|Project by WoodArtbyJR||posted 1489 days ago||1481 views||0 times favorited||7 comments|
I was talking with a gentleman and I mentioned I was a wood turner and he asked me if I would like some wood. DUH, me turn down free wood? He stated he had some maple that he didn’t plan on using. The wood was stacked outside under his carport and just looked like a pile of firewood. The first pic is one of several he gave me. I took it home and it sat for a few weeks. If you notice the black on the end, that is a tar like substance that he used to seal the ends. I cut it off one end and looked at the wood. It really didn’t look or smell like maple, more like fir. I was disappointed at first then noticed that it was extreamly hard so I decided to sand the little sandwich I had cut off and WOW. It was a VERY BEAUTIFULY grained piece of maple. Very figured. So I found the best area (at least I thought so) that would have the best possibility of producing a natural edged bowl so I started. I had the outside cut to the shape I wanted and started turning the inside. Well, I have always stated that I never really know what will turn out and this was one of those times when the wood had a mind of it’s own. My tool caught a soft/hard spot and caused my tool rest to move and caused my tool to hit the natural edge and it broke. So now I present a bowl in the style of an early Native American clay pot or an early African American slave water basket. Saw one at the old Slave Market in Charleston SC that was made before the Civil War. They weaved them so tight that it would hold water (sorry, this one won’t hold it’s water). This bowl is about 8.25” OD and about 4.5” high. Sanded down to 1200 grit and at this time has one coat of walnut oil. I will give it a few more coats of oil before polishing it. There are some areas that needed superglue to ensure it stayed intact while turning. Oh yeah, another time when I was glad I am a stickler for impact resistant face shields…......I hope this inspires you to go dig in the wood pile as you never know what you’ll find. Thank you for looking and comments and questions are always welcome. I hope the pictures pick up the irredesence of the grain.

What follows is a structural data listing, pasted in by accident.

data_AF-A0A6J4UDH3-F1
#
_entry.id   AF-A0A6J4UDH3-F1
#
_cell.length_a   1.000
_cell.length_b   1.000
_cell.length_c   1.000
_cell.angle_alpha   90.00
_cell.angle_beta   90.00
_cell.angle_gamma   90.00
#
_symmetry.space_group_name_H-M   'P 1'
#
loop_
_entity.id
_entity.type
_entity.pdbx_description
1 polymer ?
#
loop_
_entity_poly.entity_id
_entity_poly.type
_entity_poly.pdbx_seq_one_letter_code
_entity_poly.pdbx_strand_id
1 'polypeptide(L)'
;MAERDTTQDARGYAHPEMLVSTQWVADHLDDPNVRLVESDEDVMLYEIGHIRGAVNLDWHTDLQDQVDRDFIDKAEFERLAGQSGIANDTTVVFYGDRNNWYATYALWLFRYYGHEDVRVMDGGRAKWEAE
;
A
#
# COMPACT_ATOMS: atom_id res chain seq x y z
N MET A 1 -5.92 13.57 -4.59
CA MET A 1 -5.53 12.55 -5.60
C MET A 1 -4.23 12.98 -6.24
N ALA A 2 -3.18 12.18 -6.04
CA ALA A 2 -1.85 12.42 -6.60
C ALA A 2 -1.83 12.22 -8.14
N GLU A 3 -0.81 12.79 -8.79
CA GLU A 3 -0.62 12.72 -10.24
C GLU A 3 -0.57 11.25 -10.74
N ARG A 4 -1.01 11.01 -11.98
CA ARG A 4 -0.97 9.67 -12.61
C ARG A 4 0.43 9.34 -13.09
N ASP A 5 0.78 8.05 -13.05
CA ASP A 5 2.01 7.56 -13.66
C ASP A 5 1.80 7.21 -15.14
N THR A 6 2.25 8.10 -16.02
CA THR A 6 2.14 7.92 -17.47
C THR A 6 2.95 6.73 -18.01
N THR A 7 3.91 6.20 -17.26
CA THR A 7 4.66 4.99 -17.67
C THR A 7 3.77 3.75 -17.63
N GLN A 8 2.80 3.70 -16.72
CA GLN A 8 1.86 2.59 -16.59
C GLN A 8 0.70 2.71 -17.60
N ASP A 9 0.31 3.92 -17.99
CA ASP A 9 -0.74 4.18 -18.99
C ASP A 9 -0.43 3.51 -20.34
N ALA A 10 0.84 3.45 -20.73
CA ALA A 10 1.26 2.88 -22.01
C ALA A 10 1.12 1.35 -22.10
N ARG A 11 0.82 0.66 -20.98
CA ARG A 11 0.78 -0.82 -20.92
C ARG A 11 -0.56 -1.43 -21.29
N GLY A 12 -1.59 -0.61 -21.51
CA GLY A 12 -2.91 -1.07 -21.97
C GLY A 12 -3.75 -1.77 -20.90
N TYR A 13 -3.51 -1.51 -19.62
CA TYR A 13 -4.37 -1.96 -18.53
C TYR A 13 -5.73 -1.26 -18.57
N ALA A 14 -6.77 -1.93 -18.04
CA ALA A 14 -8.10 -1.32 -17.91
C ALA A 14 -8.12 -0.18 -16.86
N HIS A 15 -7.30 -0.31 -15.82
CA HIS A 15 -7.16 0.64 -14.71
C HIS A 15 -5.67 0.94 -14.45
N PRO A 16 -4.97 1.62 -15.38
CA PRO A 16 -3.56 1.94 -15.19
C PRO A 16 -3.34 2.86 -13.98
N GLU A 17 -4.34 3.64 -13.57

-- Jim Roberts, Port Orchard Washington